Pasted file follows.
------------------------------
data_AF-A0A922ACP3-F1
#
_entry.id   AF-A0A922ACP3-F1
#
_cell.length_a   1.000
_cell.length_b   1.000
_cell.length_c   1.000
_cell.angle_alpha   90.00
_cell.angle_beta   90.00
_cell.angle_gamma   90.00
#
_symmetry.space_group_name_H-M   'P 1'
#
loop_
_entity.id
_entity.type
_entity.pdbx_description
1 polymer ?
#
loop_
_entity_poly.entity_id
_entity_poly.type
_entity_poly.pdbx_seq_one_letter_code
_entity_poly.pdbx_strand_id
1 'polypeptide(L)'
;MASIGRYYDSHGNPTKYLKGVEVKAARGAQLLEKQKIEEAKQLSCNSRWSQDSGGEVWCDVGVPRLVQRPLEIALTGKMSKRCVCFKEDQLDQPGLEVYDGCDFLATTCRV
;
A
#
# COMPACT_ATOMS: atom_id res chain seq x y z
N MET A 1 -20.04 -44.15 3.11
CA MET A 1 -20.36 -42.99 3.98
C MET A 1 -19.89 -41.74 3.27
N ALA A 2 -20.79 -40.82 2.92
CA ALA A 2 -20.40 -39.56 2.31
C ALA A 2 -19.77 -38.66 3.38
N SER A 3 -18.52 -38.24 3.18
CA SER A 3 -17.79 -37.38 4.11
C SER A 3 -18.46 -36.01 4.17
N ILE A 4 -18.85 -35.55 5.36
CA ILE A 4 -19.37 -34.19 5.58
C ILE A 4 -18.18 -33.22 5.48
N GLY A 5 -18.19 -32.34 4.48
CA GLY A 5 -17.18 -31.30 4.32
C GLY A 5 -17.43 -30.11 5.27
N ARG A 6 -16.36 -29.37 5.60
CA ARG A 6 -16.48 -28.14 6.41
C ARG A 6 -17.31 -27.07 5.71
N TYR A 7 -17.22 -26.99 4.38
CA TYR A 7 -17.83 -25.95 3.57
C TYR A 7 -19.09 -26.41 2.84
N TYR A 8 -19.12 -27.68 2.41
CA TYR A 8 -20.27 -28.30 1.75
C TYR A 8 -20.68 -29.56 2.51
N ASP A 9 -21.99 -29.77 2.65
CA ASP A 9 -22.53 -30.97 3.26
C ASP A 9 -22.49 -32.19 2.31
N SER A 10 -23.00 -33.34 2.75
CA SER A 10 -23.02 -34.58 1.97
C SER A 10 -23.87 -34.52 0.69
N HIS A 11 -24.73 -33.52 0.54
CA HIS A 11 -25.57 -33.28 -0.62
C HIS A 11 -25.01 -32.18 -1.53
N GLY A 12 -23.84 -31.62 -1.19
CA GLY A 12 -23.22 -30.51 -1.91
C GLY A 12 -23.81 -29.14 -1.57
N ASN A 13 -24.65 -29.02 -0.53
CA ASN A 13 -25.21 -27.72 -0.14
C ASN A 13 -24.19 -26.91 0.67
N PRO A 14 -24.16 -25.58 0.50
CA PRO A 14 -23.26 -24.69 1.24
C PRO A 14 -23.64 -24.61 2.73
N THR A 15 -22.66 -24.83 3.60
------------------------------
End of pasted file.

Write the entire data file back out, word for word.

data_AF-A0A922ACP3-F1
#
_entry.id   AF-A0A922ACP3-F1
#
_cell.length_a   1.000
_cell.length_b   1.000
_cell.length_c   1.000
_cell.angle_alpha   90.00
_cell.angle_beta   90.00
_cell.angle_gamma   90.00
#
_symmetry.space_group_name_H-M   'P 1'
#
loop_
_entity.id
_entity.type
_entity.pdbx_description
1 polymer ?
#
loop_
_entity_poly.entity_id
_entity_poly.type
_entity_poly.pdbx_seq_one_letter_code
_entity_poly.pdbx_strand_id
1 'polypeptide(L)'
;MASIGRYYDSHGNPTKYLKGVEVKAARGAQLLEKQKIEEAKQLSCNSRWSQDSGGEVWCDVGVPRLVQRPLEIALTGKMSKRCVCFKEDQLDQPGLEVYDGCDFLATTCRV
;
A
#
# COMPACT_ATOMS: atom_id res chain seq x y z
N MET A 1 -20.04 -44.15 3.11
CA MET A 1 -20.36 -42.99 3.98
C MET A 1 -19.89 -41.74 3.27
N ALA A 2 -20.79 -40.82 2.92
CA ALA A 2 -20.40 -39.56 2.31
C ALA A 2 -19.77 -38.66 3.38
N SER A 3 -18.52 -38.24 3.18
CA SER A 3 -17.79 -37.38 4.11
C SER A 3 -18.46 -36.01 4.17
N ILE A 4 -18.85 -35.55 5.36
CA ILE A 4 -19.37 -34.19 5.58
C ILE A 4 -18.18 -33.22 5.48
N GLY A 5 -18.19 -32.34 4.48
CA GLY A 5 -17.18 -31.30 4.32
C GLY A 5 -17.43 -30.11 5.27
N ARG A 6 -16.36 -29.37 5.60
CA ARG A 6 -16.48 -28.14 6.41
C ARG A 6 -17.31 -27.07 5.71
N TYR A 7 -17.22 -26.99 4.38
CA TYR A 7 -17.83 -25.95 3.57
C TYR A 7 -19.09 -26.41 2.84
N TYR A 8 -19.12 -27.68 2.41
CA TYR A 8 -20.27 -28.30 1.75
C TYR A 8 -20.68 -29.56 2.51
N ASP A 9 -21.99 -29.77 2.65
CA ASP A 9 -22.53 -30.97 3.26
C ASP A 9 -22.49 -32.19 2.31
N SER A 10 -23.00 -33.34 2.75
CA SER A 10 -23.02 -34.58 1.97
C SER A 10 -23.87 -34.52 0.69
N HIS A 11 -24.73 -33.52 0.54
CA HIS A 11 -25.57 -33.28 -0.62
C HIS A 11 -25.01 -32.18 -1.53
N GLY A 12 -23.84 -31.62 -1.19
CA GLY A 12 -23.22 -30.51 -1.91
C GLY A 12 -23.81 -29.14 -1.57
N ASN A 13 -24.65 -29.02 -0.53
CA ASN A 13 -25.21 -27.72 -0.14
C ASN A 13 -24.19 -26.91 0.67
N PRO A 14 -24.16 -25.58 0.50
CA PRO A 14 -23.26 -24.69 1.24
C PRO A 14 -23.64 -24.61 2.73
N THR A 15 -22.66 -24.83 3.60